“And we know that somehow police manage to de-escalate, disarm and not kill white people every day. So what’s going to happen is we are going to have equal rights and justice in our own country or we will restructure their function and ours.”

It is no coincidence that a large portion of police situations that “escalate” end with a brown body in a black bag. Conversely, the white men in America that are raping, shooting, and killing people somehow make it out alive and well. So the demand in Williams’ statement is that police officers either find a way to do their jobs and de-escalate and disarm black people the same way they de-escalate and disarm white people or a new structure will be created. One that will ‘protect and serve’ all people, not just protect and serve white people.

“Yesterday would have been young Tamir Rice’s 14th birthday so I don’t want to hear any more about how far we’ve come when paid public servants can pull a drive-by on 12 year old playing alone in the park in broad daylight, killing him on television and then going home to make a sandwich. Tell Rekia Boyd how it’s so much better than it is to live in 2012 than it is to live in 1612 or 1712. Tell that to Eric Garner. Tell that to Sandra Bland. Tell that to Dorian Hunt.”

Do I even need to go into explaining why this statement was so powerful?

“Now the thing is, though, all of us in here getting money –b that alone isn’t gonna stop this. Alright, now dedicating our lives, dedicating our lives to getting money just to give it right back for someone’s brand on our body when we spent centuries praying with brands on our bodies, and now we pray to get paid for brands on our bodies.”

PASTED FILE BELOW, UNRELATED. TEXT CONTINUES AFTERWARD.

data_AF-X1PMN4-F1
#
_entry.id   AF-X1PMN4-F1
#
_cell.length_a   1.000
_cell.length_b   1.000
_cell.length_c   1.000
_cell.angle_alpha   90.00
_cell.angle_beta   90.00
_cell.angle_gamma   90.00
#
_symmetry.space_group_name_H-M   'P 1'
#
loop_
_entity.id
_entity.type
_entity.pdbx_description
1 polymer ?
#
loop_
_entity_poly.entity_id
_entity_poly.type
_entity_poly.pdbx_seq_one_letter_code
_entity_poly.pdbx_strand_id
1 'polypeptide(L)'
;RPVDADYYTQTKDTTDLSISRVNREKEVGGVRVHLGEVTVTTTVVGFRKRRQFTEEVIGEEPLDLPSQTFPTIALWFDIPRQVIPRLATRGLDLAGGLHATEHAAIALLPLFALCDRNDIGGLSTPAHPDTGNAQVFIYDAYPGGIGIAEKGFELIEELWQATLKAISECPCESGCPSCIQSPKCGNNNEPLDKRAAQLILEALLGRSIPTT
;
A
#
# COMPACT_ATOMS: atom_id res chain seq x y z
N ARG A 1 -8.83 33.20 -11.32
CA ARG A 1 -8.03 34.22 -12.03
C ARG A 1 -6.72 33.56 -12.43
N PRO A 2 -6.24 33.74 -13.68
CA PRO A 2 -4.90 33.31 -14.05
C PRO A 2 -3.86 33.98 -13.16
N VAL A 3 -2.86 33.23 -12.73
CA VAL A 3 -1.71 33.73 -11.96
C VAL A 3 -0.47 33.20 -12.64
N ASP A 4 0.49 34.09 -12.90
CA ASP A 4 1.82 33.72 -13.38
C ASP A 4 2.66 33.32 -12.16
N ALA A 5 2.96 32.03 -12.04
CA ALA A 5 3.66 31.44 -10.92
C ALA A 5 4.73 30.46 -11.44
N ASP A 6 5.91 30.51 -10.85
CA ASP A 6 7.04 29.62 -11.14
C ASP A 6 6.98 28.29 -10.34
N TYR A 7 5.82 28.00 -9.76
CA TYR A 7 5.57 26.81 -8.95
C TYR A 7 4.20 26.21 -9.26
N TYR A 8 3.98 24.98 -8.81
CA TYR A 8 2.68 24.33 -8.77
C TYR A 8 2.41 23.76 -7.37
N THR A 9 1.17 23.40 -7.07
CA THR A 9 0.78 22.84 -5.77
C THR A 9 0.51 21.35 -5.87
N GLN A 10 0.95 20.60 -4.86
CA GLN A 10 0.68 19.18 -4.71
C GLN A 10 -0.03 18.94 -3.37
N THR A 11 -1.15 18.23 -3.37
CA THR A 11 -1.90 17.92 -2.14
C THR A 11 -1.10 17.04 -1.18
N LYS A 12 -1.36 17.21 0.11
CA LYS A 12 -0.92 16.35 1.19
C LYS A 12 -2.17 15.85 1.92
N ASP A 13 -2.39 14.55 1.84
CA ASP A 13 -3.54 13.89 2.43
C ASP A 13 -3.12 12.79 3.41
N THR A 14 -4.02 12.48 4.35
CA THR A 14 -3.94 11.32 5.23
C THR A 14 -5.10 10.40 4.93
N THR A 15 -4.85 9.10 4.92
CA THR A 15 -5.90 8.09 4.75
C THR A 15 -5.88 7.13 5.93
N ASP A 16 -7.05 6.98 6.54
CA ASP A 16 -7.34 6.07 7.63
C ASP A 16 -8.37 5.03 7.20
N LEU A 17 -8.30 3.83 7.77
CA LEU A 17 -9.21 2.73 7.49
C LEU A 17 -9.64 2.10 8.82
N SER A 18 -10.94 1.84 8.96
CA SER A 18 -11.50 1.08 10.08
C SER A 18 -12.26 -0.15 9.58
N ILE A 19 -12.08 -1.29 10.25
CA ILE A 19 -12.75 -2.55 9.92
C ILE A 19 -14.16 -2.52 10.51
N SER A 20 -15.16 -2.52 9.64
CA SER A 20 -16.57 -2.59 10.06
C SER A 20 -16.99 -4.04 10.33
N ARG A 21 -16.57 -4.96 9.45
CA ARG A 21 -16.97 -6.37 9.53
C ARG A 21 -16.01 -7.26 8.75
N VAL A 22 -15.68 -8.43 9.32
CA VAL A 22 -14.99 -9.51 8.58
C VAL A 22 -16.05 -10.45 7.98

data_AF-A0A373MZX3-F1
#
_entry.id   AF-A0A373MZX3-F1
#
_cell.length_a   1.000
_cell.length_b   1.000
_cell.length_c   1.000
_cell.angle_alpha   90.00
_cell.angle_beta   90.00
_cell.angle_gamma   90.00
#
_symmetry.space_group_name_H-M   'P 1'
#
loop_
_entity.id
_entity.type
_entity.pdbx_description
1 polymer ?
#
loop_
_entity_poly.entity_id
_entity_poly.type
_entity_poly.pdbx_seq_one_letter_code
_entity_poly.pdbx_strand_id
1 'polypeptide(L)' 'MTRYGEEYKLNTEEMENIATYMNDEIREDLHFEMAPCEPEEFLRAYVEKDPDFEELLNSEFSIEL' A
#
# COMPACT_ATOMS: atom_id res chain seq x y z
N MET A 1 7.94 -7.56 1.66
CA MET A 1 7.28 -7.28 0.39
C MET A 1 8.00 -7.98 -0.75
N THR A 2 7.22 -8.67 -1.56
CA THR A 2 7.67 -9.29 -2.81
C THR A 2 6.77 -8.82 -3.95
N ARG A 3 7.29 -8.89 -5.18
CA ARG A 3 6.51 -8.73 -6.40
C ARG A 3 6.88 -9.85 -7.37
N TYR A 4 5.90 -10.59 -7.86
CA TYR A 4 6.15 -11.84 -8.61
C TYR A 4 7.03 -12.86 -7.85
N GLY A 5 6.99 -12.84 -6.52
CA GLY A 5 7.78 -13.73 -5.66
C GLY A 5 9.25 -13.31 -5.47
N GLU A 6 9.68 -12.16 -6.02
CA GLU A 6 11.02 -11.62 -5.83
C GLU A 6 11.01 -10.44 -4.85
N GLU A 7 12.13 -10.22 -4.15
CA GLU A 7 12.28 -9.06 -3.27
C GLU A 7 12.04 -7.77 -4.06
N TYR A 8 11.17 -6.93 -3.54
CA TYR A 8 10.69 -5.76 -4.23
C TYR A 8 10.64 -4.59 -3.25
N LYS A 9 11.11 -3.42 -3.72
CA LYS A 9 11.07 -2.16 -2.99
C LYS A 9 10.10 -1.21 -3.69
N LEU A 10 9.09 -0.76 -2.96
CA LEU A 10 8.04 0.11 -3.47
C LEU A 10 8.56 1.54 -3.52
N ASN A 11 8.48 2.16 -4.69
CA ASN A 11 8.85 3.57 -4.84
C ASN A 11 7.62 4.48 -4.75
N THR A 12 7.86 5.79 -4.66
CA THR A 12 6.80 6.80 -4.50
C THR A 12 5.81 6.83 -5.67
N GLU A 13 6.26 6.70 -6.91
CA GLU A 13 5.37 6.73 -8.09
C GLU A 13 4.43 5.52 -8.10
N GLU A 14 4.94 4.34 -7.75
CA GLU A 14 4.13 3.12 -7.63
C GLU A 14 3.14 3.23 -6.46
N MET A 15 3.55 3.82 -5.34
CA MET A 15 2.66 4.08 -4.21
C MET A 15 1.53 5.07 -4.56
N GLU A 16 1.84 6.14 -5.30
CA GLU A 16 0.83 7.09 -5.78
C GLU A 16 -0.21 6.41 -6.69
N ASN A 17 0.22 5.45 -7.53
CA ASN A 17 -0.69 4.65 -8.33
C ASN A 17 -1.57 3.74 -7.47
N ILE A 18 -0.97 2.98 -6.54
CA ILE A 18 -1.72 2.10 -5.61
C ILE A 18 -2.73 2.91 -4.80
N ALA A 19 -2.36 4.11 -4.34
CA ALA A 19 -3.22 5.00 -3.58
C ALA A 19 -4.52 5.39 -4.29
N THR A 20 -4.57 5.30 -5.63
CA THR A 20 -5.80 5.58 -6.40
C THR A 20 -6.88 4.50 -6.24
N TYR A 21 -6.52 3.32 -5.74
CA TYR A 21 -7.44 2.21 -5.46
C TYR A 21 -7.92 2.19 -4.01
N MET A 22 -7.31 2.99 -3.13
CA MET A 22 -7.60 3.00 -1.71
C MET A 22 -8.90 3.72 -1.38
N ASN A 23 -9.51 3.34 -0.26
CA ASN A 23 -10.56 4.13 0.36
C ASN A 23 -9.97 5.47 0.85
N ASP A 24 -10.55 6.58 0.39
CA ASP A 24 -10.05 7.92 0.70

Stop supporting and chasing the same system that brands human lives like cattle. This is where we take responsibility for our lack of action, for not standing up to corruption. Where we pledge to use our resources to uplift people, not further oppress them and ourselves (somebody show this to Stacey Dash).

“The burden of the brutalized is not to comfort the bystander. That’s not our job, alright – stop with all that. If you have a critique for the resistance, for our resistance, then you better have an established record of critique of our oppression. If you have no interest, if you have no interest in equal rights for black people then do not make suggestions to those who do. Sit down.”

So basically if Black (Brown) people take the time to explain “White supremacy” and it’s very real implications, that is a courtesy.  If you cannot admit or see that White supremacy is real, you probably shouldn’t be speaking at all. So go ahead and “Sit down.”

“We’re done watching and waiting while this invention called Whiteness uses and abuses us, burying Black people out of sight and out of mind while extracting our culture, our dollars, our entertainment like oil – black gold, ghettoizing and demeaning our creations then stealing them, gentrifying our genius and then trying us on like costumes before discarding our bodies like rinds of strange fruit”

“Whiteness” is an invented system, and not a natural state of being. Have you ever heard the saying “We are all one race; the Human race”?   Yeah, that’s true. Unfortunately, that is not the motto America lives by.  I hesitate to use the term cultural appropriation because it is used so frequently, so I’m just going to say this:  Stop plagiarizing Black culture for profit, and then pretending like Black people don’t exist. Either insert a works cited page, or don’t use it.

“The thing is though… the thing is that just because we’re magic doesn’t mean we’re not real.”

A short love letter to Black people, “You are magic,” and it is a reminder to those who oppress them, “We are real.”
We are so thankful for Jessie Williams’ Humanitarian acceptance speech, because he was able to eloquently verbalize everything so wrong and so true about what’s going on in our country today.
Written by Maryam Abdul-Kareem